The perfect trip: Catalonia
Best for medieval Spain: Girona
Crowned by a looming cathedral and encircled by formidable walls, Girona looks like the film set for a medieval epic. This is one city that really knows how to put on a show. The star historical attraction is its architecture – Girona’s high stone walls contain churches and former cathedrals, one-time synagogues and minor palaces, all dating from different eras of its medieval past. Across the steep-sided hill that Girona’s old town inhabits, an intricate network of stone-clad laneways turn and twist. Buildings guarded by high archways and antique doors, adorned with balconies of wrought iron, tumble down to one of the prettiest urban river frontages in all of Catalonia. Wandering these alleyways, it somehow isn’t all that surprising to see a robed monk emerging from the shadows. The mysterious figure is one of many who take part in Girona’s numerous historical re-enactments – their way of breathing life into the city’s medieval past. Today is a restaging of its heroic defence against Napoleon’s armies – in 1808, Girona held firm against the invaders for seven months while around them cities and entire regions capitulated. Looking rather Napoleonic himself, a local man who introduces himself simply as José is playing the leader of Girona’s defenders – a mix of grizzled chaps dressed as soldiers with fixed bayonets and town noblemen who swagger and strut. ‘Why do we do this?’ José says to me. ‘Partly, it’s a bit of fun. But it’s also because we take our history seriously here in Girona. How could we not? The city’s story is written on every stone.’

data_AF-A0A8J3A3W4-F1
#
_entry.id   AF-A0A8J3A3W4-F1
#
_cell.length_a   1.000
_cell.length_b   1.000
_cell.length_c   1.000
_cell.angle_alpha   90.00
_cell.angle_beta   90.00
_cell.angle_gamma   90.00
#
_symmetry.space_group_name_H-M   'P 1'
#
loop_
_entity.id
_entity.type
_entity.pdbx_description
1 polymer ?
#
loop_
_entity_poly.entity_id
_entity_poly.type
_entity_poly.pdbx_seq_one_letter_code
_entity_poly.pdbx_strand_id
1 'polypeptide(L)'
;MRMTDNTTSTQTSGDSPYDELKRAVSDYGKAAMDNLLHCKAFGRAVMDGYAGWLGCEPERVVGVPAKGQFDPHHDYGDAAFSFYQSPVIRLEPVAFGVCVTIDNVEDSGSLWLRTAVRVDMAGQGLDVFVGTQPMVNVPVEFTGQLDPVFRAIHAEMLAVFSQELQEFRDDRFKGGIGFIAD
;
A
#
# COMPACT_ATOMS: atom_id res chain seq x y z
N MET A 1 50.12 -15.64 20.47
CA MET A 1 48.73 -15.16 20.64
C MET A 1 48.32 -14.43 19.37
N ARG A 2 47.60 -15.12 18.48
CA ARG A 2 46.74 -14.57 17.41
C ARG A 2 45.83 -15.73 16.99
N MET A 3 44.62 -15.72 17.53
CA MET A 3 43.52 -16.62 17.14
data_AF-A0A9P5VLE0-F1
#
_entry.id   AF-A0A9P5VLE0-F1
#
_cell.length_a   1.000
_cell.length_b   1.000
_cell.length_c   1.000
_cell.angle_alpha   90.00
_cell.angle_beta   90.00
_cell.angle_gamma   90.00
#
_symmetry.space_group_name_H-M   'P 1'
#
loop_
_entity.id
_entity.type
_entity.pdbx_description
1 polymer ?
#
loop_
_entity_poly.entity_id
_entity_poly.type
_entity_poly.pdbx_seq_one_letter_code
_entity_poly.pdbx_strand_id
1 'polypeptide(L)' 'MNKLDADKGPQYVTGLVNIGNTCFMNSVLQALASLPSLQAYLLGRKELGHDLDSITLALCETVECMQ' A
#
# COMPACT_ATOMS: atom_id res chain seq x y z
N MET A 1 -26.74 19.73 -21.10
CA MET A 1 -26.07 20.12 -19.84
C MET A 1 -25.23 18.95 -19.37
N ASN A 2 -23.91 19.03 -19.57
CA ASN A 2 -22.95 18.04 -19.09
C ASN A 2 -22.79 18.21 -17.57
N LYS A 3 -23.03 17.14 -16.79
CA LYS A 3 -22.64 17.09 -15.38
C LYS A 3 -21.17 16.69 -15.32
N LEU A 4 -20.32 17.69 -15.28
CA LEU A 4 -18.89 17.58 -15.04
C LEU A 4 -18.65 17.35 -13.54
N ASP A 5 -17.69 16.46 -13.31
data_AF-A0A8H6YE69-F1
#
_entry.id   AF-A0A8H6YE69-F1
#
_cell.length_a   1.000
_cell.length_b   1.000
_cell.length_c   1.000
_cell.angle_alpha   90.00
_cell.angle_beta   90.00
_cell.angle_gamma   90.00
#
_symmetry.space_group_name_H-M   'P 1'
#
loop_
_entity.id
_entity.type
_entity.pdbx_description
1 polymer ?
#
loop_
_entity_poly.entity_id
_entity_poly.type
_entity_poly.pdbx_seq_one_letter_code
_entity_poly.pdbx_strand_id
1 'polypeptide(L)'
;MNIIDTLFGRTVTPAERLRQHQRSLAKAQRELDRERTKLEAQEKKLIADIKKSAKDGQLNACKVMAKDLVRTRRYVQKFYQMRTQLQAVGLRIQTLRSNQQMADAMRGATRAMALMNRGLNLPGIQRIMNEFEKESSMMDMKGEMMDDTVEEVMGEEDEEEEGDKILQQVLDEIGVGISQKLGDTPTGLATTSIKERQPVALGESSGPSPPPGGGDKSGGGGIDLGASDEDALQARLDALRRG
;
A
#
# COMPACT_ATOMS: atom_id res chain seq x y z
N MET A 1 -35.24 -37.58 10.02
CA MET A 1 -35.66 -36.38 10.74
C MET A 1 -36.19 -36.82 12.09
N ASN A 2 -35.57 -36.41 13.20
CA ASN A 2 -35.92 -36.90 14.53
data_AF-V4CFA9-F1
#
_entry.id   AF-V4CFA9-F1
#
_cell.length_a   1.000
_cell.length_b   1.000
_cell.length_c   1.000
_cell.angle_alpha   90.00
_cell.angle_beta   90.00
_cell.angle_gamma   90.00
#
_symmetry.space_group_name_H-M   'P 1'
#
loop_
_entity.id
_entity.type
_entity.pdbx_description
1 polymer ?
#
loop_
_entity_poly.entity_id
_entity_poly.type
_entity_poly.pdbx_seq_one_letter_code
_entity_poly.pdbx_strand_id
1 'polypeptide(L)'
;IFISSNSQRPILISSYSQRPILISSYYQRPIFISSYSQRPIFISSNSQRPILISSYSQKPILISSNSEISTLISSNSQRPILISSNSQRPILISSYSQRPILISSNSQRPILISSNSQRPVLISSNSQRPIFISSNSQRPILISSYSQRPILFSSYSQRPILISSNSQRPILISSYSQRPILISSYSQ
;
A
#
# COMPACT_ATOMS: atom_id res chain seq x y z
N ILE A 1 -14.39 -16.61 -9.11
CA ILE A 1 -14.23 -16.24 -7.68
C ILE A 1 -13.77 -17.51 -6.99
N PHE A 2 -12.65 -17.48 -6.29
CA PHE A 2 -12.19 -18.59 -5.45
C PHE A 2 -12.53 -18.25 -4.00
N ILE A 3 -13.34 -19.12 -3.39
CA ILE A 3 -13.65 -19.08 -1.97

Where to eat
A throwback to the literary cafés of early 20th-century Catalonia, Café Le Bistrot serves Catalan and French food (mains £8).